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Many auto-accident victims require physical therapy or the services of a chiropractor in order to recover from their injuries. These services can be expensive, but fortunately they are often covered by “PIP” (or Personal Injury Protection) benefits in an auto-insurance policy.

However, the reality is that insurance companies exist to make a profit, and the more they pay out in benefits (including PIP), the less profit they make. That is why insurers can be very aggressive in challenging claims for benefits, particularly PIP benefits. That is also why they sometimes require someone making a PIP claim undergo an “independent medical examination” (IME) with a medical provider – often one chosen by the insurer – in order to verify that the particular treatments sought are actually reasonable and necessary.

In many states, the insurers use vendors that contract with specific doctors to perform these IMEs, which means the same doctors are used over and over. Causing many to suspect that these doctors conduct IMEs with an eye toward keeping the insurance companies happy in order to ensure repeat business. To counter this potential bias, accident victims in many states have been seeking to either bring their attorney to the IME or arrange to have an audio and video recording made of the exam in order to verify that it’s being conducted in an unbiased manner.

In a recent Massachusetts case, Amica Mutual Insurance Co. v. Olmo, the insurer claimed an accident victim’s refusal to attend an IME without her attorney or a video recording amounted to “non-cooperation, providing grounds for denial of the claim. The trial court found that, while the failure to submit to an IME may be evidence of non-cooperation, it did not constitute to non-cooperation on its own. Thus, the insurer’s denial of benefits under the non-cooperation clause was improper. The trial court held that the claimant’s request to have the attorney present or to create an audio-visual records of the examination was reasonable and there was no breach of the cooperation clause. In making this determination, the trial court declined to apply a “good cause” standard, but noted that the claimant would have met that standard in any event in light of the doctor’s relationship with the insurer and his routine and known practice of determining that claimants were not injured.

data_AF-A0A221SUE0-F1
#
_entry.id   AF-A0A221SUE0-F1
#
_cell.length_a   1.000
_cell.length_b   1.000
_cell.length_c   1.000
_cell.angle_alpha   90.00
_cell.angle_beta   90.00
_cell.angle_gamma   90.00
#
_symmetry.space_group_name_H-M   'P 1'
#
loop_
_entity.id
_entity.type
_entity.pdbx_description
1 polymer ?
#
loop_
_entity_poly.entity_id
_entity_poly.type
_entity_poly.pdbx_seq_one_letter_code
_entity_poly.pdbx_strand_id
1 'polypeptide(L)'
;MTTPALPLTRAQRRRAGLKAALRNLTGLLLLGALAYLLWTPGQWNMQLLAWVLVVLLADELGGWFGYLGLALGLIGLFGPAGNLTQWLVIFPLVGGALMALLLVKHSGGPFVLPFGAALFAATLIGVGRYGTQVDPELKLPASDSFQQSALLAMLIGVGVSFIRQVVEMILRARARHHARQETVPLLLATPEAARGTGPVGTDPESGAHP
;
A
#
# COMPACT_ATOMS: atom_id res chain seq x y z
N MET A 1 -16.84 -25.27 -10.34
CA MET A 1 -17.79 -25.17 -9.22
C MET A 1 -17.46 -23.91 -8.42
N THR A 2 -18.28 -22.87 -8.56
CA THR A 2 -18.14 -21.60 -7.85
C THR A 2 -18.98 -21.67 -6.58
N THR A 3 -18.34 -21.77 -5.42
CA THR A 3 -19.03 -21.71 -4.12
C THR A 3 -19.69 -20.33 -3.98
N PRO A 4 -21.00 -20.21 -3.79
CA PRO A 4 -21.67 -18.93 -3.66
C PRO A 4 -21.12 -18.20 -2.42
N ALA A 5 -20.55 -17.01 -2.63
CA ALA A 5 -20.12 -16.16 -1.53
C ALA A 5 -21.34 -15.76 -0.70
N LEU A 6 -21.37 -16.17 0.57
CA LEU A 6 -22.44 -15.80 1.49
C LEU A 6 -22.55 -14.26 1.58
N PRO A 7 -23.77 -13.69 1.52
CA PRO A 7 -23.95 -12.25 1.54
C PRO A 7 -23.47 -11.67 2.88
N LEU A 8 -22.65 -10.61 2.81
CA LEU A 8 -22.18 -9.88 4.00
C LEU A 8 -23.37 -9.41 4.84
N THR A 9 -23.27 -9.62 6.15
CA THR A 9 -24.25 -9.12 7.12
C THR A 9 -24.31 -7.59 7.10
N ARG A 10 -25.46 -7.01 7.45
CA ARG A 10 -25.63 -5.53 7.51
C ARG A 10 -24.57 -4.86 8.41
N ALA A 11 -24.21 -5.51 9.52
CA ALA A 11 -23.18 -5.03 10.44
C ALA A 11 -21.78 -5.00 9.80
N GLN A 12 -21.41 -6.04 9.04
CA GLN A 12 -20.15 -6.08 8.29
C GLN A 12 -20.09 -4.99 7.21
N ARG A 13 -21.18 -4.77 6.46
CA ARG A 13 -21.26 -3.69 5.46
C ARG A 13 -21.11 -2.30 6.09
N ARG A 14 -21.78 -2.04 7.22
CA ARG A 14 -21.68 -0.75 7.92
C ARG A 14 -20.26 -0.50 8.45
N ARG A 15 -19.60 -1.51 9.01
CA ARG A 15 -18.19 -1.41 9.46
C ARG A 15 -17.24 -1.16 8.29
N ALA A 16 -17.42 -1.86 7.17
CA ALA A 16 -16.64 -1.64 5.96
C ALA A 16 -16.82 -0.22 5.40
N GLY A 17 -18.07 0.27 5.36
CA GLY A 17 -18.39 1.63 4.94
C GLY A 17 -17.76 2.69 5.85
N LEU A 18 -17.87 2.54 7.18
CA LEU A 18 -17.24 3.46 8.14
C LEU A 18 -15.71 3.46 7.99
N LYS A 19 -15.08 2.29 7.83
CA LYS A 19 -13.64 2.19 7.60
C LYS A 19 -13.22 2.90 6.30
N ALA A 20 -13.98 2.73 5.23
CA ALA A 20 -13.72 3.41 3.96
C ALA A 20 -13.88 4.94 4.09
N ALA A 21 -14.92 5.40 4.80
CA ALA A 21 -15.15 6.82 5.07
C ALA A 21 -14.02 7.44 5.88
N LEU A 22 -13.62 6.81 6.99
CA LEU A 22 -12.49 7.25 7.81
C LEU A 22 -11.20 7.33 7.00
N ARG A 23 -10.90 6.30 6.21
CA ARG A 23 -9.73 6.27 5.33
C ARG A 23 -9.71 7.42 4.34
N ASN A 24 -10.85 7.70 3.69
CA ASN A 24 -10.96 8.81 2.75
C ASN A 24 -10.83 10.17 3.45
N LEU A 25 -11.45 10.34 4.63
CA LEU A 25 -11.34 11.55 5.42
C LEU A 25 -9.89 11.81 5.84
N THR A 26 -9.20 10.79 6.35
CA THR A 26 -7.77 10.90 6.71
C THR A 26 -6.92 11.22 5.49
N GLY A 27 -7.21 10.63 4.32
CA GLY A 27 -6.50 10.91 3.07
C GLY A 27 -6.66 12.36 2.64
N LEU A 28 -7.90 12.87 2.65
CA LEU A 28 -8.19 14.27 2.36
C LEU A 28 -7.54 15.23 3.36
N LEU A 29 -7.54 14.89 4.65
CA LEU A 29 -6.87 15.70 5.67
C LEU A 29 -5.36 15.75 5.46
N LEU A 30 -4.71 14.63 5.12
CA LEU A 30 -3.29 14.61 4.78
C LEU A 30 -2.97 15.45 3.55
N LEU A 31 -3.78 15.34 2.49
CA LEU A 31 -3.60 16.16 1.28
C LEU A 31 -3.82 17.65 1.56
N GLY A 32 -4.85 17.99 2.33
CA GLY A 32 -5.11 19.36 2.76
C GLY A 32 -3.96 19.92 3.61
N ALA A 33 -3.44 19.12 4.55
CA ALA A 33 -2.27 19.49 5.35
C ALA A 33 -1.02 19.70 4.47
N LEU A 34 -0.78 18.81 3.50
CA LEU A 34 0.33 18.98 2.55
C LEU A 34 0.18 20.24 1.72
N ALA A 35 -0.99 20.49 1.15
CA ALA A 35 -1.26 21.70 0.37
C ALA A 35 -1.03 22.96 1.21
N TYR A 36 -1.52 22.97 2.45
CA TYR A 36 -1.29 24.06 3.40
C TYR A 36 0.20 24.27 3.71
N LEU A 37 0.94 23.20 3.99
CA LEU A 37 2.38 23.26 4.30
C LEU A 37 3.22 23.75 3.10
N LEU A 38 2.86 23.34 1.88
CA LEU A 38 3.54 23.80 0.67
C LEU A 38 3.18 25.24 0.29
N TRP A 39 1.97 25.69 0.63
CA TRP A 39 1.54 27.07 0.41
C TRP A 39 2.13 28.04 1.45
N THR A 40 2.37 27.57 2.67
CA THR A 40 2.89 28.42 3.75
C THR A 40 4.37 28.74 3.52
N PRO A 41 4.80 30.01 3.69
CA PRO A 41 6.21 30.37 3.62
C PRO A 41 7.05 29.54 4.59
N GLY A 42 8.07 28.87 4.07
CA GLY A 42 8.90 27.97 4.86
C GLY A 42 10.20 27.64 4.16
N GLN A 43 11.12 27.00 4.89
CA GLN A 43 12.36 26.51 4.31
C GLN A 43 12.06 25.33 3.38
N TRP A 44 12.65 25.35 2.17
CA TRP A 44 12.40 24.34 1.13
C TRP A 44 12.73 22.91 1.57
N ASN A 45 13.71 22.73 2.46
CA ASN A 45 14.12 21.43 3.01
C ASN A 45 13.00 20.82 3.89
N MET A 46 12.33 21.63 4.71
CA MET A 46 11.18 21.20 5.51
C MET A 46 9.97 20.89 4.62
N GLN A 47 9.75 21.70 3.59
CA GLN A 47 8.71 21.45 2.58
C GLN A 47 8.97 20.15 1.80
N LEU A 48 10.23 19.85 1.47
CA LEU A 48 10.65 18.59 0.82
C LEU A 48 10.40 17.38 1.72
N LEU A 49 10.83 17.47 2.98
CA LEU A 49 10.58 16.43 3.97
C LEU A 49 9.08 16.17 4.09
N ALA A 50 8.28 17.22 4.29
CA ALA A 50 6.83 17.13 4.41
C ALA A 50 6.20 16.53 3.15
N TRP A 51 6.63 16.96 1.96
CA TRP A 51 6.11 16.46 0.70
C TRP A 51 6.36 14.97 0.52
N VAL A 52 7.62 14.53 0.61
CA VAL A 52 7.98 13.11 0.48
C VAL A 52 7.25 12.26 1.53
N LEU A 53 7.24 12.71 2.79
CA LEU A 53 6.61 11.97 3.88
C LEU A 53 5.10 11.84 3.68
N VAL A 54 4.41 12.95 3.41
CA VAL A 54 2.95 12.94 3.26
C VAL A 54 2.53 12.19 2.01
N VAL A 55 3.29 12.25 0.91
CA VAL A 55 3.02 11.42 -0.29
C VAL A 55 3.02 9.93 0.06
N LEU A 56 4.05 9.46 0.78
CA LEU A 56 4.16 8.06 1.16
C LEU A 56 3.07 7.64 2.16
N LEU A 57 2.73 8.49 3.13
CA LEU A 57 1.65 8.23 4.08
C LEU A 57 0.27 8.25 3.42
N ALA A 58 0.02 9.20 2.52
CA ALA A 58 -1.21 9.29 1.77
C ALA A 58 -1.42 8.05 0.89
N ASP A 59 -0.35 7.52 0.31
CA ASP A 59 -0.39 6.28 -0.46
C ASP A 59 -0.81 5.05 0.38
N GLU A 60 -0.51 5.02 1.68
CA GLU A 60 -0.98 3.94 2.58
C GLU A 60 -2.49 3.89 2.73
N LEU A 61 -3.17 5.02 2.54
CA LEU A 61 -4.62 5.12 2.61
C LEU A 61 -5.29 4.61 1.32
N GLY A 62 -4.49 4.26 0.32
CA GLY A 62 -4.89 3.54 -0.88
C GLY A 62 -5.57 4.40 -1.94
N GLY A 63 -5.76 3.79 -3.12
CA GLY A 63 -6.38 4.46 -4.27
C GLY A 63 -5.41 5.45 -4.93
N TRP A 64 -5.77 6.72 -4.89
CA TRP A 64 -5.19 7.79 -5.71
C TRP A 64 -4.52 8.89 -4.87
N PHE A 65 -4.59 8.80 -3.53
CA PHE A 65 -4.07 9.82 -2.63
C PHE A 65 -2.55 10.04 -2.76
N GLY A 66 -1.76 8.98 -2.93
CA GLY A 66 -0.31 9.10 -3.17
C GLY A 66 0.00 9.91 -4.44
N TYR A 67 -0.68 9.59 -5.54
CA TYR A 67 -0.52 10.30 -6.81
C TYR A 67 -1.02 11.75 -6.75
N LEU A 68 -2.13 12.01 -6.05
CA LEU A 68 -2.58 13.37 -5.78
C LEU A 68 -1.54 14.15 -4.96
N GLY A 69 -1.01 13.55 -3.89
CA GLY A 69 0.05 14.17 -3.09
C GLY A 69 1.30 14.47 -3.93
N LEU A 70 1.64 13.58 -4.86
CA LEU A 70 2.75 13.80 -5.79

It appears that, based upon the Olmo, decision, an insurer will need to demonstrate that it will somehow be harmed if an IME is recorded or an attorney is present.